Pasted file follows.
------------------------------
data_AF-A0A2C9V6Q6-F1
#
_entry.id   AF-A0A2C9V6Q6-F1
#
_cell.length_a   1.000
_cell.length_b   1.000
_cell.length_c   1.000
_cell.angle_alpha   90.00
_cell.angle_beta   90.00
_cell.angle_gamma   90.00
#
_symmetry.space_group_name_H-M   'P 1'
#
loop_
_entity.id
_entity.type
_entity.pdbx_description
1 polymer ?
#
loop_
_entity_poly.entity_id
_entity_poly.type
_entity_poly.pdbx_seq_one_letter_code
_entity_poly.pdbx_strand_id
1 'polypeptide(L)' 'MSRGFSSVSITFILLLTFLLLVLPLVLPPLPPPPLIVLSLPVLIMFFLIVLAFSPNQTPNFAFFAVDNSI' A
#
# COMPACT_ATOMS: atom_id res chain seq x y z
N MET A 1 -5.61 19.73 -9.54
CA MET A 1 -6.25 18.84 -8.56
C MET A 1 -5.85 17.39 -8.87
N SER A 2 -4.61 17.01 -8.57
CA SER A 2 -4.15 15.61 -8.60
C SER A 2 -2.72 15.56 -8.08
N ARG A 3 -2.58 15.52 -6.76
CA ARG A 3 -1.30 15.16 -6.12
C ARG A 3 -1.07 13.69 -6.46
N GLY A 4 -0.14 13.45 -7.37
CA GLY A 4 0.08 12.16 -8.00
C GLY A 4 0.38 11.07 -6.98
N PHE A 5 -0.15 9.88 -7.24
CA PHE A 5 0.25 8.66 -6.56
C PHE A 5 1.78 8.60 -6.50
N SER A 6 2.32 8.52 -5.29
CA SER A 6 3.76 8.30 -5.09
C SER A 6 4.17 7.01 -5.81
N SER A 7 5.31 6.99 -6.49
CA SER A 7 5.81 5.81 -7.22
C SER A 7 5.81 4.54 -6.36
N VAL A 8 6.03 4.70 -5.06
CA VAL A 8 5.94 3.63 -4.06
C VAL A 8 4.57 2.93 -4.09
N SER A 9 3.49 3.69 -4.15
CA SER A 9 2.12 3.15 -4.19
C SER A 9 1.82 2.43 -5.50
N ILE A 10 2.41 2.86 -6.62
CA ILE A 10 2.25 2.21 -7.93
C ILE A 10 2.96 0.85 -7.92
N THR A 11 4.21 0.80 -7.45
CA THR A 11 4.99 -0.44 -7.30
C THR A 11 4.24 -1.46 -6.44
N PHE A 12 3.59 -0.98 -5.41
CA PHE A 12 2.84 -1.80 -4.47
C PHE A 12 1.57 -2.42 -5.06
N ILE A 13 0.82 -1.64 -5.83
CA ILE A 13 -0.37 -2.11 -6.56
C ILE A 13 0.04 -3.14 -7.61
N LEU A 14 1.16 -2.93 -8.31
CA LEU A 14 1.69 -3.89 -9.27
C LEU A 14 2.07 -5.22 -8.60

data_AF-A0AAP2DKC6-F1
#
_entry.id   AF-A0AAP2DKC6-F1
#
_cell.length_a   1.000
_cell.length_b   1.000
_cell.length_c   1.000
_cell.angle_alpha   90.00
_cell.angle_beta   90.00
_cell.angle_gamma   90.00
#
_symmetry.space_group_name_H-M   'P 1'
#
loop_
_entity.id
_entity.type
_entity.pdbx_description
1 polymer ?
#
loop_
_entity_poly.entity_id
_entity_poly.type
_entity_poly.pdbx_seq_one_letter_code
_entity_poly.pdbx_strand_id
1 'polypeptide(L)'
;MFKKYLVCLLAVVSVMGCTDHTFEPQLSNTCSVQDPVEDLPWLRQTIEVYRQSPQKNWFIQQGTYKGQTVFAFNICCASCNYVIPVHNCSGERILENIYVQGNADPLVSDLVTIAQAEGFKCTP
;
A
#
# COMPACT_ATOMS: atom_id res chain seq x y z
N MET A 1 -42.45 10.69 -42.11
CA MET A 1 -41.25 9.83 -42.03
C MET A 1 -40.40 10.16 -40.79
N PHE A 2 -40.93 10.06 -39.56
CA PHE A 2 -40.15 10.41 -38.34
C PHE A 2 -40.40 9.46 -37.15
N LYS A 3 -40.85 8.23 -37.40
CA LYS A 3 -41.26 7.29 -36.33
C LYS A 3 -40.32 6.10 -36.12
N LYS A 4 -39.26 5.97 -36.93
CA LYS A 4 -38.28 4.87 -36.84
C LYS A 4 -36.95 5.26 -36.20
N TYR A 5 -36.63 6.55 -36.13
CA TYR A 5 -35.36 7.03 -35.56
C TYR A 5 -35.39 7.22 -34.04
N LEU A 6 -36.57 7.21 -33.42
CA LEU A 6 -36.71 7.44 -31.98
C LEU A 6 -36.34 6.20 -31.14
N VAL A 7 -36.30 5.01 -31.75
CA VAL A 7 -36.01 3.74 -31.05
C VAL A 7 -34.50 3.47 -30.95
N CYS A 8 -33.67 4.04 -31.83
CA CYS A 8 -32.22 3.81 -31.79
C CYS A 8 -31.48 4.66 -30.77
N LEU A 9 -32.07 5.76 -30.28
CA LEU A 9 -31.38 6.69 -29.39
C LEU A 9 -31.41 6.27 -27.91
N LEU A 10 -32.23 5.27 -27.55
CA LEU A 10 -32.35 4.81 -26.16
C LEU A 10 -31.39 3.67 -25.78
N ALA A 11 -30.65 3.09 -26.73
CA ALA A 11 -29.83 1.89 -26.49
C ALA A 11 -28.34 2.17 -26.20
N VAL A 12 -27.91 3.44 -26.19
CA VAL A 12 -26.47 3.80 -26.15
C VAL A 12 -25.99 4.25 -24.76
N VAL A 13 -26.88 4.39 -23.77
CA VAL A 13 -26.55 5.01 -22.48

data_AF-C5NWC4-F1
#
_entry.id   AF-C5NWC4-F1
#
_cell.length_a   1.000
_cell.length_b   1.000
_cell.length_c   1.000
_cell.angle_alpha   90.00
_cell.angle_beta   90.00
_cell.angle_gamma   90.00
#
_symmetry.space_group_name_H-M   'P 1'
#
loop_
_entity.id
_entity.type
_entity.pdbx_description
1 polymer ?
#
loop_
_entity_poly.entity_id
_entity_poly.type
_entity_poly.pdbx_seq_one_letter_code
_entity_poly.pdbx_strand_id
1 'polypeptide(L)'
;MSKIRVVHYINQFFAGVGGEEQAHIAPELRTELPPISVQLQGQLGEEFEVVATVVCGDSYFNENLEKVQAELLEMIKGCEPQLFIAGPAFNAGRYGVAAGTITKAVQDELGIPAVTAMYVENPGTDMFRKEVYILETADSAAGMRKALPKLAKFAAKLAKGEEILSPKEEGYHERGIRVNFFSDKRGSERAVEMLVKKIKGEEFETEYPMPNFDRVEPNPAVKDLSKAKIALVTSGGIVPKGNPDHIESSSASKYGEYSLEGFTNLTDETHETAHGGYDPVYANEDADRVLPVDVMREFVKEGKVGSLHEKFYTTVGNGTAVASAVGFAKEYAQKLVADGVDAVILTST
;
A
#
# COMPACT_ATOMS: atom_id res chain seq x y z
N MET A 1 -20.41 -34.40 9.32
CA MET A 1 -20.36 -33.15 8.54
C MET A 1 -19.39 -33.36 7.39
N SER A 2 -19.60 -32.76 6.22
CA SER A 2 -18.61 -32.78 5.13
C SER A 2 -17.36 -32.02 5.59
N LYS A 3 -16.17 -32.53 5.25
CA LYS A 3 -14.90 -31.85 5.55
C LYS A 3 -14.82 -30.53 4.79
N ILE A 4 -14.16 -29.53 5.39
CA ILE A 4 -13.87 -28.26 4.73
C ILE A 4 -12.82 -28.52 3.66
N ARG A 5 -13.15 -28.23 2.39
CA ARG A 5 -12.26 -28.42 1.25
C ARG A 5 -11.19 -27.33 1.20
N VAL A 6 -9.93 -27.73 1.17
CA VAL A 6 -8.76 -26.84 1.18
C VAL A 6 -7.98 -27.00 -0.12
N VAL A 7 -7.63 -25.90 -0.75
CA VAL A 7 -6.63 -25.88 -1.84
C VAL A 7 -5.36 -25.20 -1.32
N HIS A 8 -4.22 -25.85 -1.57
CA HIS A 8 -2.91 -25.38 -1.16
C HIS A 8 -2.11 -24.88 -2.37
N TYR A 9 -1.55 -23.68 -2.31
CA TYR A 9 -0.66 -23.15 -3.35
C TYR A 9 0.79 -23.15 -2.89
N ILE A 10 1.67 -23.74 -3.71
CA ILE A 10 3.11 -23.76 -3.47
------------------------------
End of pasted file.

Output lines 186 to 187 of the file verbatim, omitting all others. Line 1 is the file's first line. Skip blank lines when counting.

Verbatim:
N VAL A 7 -7.63 -25.90 -0.75
CA VAL A 7 -6.63 -25.88 -1.84